SSL Certificates are small data files that digitally bind a cryptographic key to an organization’s details. When installed on a web server, it activates the padlock and the https protocol (over port 443) and allows secure connections from a web server to a browser.
Why Do I Need an SSL?
The primary reason why SSL is used is to keep sensitive information sent across the Internet encrypted so that only the intended recipient can understand it. This is important because the information you send on the Internet is passed from computer to computer to get to the destination server. Any computer in between you and the server can see your credit card numbers, usernames and passwords, and other sensitive information if it is not encrypted with an SSL certificate. When an SSL certificate is used, the information becomes unreadable to everyone except for the server you are sending the information to. This protects it from hackers and identity thieves.
In addition to encryption, a proper SSL certificate also provides authentication. This means you can be sure that you are sending information to the right server and not to a criminal’s server. Why is this important? The nature of the Internet means that your customers will often be sending information through several computers. Any of these computers could pretend to be your website and trick your users into sending them personal information.
SSL Certificate Types – What’s the Difference?
A digital certificate certifies the ownership of a public key by the named subject (domain in this case) of the certificate. This validation is to ensure that it is covering the correct, authorized site. However, more steps can be taken to also confirm the existence of the requesting company or to establish even more trust through extended vetting.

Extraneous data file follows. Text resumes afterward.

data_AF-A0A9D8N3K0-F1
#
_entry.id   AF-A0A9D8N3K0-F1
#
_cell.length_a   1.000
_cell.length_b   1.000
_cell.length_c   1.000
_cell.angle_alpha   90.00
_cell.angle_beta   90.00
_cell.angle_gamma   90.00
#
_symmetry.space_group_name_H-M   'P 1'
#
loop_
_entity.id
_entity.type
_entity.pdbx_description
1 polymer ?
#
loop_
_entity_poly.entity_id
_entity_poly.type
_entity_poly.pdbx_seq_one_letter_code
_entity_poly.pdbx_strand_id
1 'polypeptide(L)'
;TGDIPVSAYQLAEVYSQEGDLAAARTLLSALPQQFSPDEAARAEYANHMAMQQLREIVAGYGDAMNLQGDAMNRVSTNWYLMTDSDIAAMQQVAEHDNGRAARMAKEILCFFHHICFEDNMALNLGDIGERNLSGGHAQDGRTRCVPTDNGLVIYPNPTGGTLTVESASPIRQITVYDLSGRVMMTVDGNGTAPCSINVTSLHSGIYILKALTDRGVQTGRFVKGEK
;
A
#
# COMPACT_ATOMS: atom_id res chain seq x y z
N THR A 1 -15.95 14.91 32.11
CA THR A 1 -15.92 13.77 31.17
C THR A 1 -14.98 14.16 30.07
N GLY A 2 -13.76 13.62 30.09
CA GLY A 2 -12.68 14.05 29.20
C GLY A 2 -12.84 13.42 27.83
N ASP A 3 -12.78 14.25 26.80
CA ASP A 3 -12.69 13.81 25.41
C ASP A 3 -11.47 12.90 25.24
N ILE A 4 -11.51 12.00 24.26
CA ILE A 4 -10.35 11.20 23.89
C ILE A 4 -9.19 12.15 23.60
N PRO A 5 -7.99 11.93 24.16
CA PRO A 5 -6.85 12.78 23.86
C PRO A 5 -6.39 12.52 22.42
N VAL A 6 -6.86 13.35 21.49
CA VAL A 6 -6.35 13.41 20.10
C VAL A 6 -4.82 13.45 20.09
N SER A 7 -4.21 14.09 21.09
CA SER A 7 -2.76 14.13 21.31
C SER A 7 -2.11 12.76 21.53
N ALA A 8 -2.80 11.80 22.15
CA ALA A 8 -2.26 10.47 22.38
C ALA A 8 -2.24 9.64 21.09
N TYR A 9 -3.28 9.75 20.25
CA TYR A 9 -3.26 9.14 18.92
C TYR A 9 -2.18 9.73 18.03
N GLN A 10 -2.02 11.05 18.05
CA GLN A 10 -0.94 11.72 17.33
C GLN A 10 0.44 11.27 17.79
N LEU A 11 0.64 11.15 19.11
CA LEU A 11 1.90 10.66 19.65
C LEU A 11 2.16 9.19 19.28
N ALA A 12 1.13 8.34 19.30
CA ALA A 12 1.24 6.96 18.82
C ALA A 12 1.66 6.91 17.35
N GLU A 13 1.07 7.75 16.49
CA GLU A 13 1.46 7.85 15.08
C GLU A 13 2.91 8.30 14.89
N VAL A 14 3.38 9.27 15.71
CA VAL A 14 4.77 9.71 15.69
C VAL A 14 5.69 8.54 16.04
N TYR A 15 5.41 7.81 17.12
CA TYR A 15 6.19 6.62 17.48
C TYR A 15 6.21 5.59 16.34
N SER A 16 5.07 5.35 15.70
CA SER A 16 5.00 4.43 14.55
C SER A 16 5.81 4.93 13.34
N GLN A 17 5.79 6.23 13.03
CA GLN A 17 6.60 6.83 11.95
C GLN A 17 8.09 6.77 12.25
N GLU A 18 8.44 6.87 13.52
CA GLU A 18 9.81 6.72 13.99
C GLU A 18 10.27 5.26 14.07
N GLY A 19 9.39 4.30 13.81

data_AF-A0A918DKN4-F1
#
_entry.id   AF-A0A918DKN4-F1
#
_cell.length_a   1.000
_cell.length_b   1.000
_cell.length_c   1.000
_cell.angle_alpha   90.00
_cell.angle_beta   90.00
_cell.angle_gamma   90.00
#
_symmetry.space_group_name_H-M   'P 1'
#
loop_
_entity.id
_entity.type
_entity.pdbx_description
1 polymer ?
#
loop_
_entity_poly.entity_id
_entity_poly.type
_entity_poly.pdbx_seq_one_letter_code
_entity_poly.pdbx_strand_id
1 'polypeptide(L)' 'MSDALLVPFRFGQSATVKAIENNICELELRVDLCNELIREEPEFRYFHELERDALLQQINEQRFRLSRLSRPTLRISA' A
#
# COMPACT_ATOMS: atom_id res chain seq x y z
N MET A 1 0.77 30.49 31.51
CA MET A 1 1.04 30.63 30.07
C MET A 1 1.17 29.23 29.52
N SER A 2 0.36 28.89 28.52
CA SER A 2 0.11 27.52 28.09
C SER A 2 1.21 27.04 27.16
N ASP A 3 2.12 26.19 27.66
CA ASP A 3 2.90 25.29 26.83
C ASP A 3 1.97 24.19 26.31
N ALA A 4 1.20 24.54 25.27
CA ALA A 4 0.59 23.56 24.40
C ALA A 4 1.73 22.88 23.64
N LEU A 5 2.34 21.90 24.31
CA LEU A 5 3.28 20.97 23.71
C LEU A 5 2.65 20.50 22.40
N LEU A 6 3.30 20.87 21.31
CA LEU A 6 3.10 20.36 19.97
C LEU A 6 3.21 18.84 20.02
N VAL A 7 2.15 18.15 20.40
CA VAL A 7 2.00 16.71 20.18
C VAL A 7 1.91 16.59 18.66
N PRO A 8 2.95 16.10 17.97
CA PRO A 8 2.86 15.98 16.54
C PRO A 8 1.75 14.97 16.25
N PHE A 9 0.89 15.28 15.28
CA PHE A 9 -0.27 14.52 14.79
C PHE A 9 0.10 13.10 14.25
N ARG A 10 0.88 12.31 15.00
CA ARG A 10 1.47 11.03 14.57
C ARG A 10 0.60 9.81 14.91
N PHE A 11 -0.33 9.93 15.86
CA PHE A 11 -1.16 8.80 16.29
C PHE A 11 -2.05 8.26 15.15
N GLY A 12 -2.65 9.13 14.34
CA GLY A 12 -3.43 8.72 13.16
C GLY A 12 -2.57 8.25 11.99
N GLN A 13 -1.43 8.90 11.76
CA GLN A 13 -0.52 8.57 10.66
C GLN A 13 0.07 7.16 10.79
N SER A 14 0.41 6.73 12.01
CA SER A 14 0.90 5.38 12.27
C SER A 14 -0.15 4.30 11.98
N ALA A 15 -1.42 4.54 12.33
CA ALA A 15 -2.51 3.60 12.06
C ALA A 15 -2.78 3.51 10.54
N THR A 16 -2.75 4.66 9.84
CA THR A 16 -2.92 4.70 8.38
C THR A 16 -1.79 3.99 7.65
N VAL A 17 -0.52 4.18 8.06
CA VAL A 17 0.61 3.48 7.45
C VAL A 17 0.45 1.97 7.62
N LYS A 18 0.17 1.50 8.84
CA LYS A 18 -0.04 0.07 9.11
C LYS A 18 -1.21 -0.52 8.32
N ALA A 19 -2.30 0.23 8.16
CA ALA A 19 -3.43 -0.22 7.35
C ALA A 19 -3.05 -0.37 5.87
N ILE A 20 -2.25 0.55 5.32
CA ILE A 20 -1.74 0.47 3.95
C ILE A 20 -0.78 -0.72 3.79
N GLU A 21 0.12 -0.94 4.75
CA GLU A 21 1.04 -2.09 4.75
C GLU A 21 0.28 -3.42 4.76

• DV Certificates (Domain validated)
These are the most common type of SSL certificate. They are verified using only the domain name. In order to verify a domain, the CA exchanges a confirmation email with an email address listed in the domain’s WHOIS record. Alternatively, the CA may provide a verification file which the domain owner places in the document root of the website to be protected so the file can be accessed by the CA to prove ownership.
• EV Certificates (Extended validation)
These provide the maximum amount of trust to visitors. EV certificates require the most effort by the CA to validate. It requires extra documentation that MUST be provided as well as some physical documentation with signatures. The EV lists the company name in the certificate itself, however, a fully validated EV certificate will also show the name of the company or organization in the address bar itself. This bar is displayed in green. This is an immediate, visual way to let viewers know that extra steps were taken to confirm the site they’re visiting is secure. This is why most large companies and organizations choose EV certificates.
To order your SSL via CX Manager, follow these instructions.